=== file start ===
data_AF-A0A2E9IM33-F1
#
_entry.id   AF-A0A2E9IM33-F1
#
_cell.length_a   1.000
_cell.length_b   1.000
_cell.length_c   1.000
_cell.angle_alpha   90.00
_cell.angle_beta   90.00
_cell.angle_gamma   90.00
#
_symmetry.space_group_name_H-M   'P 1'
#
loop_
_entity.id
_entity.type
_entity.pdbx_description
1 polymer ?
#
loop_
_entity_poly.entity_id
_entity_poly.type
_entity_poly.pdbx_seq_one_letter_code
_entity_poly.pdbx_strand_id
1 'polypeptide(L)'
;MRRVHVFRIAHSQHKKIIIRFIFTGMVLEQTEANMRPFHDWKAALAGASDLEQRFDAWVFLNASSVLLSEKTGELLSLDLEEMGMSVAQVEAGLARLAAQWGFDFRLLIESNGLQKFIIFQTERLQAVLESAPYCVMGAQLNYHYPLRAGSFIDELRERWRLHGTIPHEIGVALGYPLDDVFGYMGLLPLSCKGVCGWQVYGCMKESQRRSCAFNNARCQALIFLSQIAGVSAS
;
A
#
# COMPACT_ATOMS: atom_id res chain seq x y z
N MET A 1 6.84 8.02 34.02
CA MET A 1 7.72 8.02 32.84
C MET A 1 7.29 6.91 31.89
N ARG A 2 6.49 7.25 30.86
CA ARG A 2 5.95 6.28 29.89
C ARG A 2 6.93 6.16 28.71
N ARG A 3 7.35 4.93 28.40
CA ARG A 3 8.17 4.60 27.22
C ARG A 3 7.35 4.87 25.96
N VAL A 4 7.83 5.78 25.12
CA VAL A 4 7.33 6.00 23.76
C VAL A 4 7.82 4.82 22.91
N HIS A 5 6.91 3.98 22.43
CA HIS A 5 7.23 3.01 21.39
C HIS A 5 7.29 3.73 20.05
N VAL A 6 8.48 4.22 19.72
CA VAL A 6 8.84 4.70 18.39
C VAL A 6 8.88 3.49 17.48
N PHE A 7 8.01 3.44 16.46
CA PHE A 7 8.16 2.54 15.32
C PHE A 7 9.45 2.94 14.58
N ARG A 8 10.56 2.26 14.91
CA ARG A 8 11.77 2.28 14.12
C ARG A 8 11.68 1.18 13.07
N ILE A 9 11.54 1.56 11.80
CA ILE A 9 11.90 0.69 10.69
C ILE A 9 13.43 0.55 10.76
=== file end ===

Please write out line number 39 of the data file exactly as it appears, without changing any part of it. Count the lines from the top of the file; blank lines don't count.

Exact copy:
C ARG A 3 7.35 4.87 25.96